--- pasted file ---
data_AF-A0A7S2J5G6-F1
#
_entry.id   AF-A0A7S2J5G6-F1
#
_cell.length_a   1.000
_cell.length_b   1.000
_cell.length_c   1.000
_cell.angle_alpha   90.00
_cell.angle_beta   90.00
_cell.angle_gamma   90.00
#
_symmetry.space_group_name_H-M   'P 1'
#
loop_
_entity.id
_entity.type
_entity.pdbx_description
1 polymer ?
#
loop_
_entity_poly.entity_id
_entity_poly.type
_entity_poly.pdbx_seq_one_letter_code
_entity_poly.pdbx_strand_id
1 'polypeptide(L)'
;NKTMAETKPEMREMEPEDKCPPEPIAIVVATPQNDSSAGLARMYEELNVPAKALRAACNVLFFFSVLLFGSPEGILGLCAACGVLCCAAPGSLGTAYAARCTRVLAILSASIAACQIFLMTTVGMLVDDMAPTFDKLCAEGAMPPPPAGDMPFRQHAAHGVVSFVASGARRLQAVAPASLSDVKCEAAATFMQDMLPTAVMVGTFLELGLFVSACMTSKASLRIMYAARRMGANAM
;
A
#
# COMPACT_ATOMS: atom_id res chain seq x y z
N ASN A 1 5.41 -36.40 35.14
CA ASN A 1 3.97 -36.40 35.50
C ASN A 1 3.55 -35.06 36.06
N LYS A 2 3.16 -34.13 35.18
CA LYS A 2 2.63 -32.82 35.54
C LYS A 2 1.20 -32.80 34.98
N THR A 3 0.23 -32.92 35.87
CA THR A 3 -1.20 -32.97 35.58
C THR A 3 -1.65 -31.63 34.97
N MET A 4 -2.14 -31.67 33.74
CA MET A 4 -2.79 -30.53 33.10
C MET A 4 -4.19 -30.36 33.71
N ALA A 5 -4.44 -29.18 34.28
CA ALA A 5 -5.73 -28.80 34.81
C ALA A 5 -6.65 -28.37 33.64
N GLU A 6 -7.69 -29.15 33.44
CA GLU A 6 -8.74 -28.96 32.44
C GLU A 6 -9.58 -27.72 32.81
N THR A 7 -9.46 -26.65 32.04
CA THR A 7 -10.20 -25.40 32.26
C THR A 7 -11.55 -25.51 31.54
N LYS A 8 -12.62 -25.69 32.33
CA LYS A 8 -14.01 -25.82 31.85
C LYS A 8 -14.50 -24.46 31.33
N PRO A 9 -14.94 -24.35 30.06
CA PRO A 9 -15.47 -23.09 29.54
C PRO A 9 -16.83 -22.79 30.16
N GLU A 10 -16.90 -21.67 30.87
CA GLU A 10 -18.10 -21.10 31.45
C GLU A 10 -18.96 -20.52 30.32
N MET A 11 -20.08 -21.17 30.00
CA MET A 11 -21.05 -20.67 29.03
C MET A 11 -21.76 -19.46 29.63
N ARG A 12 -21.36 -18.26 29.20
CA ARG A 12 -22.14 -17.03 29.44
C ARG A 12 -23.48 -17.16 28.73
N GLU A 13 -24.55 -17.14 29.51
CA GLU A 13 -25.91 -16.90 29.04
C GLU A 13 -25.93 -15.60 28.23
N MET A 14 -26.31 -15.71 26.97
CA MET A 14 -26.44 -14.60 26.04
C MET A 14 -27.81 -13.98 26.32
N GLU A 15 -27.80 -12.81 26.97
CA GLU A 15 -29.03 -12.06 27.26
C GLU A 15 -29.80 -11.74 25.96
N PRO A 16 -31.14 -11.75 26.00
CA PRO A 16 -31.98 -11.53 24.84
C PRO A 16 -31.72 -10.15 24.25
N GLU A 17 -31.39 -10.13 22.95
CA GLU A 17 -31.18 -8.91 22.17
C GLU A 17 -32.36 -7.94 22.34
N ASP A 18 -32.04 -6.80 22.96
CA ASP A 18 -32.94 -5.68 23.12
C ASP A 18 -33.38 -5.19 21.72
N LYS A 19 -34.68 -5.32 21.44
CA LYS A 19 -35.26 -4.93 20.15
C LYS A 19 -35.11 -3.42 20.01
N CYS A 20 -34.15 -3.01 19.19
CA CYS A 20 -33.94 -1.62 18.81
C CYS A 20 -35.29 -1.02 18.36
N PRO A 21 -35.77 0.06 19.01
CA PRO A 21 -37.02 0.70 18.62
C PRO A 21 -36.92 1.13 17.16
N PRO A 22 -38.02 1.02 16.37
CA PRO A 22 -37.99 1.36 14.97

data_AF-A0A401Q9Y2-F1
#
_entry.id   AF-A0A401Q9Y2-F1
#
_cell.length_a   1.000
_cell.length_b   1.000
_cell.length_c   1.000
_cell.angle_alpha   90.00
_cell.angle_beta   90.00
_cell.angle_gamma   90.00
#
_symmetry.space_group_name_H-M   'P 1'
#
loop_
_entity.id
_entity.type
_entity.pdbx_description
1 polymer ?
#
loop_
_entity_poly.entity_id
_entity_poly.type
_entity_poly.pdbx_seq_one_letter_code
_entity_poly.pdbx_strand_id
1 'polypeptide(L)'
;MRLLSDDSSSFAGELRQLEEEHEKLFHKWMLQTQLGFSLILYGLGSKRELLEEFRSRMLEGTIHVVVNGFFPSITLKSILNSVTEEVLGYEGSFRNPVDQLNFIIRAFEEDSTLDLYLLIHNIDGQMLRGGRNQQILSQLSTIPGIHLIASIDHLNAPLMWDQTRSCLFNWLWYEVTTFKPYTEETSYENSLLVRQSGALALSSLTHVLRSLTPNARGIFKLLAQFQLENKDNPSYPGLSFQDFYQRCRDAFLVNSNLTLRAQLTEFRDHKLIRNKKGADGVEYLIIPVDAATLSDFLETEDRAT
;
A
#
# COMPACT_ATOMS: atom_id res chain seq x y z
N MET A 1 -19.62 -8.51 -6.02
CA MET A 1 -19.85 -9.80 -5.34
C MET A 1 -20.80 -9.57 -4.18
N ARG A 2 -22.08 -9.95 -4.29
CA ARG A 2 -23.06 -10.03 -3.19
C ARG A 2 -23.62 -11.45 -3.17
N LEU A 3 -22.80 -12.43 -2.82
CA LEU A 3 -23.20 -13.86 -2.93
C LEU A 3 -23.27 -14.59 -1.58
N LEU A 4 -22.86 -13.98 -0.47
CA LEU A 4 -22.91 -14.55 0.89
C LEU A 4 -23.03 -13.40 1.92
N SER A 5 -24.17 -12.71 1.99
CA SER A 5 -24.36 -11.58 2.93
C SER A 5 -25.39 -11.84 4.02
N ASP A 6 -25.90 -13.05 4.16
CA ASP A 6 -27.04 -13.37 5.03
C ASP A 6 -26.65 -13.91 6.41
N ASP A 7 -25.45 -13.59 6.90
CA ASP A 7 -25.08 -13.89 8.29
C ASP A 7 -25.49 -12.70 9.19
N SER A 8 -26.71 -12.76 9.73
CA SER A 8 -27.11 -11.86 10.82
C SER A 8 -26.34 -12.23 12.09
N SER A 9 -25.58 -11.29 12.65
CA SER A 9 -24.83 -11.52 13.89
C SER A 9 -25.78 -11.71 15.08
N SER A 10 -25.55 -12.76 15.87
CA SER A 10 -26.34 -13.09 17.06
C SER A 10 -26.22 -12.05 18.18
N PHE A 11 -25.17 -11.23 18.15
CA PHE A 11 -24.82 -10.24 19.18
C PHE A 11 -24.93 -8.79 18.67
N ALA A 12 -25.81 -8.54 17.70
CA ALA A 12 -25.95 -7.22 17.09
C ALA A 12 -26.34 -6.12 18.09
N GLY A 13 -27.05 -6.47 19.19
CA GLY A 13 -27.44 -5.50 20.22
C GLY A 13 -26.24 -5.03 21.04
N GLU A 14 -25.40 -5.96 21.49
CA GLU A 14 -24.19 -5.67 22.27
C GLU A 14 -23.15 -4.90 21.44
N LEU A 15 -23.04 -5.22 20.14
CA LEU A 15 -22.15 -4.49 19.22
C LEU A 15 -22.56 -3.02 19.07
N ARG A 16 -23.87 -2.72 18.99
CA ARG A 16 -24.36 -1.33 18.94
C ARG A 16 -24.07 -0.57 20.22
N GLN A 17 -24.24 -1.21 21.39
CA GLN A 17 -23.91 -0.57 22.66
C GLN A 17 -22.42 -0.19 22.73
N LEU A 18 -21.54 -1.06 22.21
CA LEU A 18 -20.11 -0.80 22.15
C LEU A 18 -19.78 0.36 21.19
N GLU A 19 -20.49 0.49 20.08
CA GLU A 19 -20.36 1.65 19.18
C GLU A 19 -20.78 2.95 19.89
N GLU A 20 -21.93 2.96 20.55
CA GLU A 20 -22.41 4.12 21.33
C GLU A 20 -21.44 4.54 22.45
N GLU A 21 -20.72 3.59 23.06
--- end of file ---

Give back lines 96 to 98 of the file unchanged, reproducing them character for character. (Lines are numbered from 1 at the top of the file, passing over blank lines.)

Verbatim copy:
data_AF-A0A401Q9Y2-F1
#
_entry.id   AF-A0A401Q9Y2-F1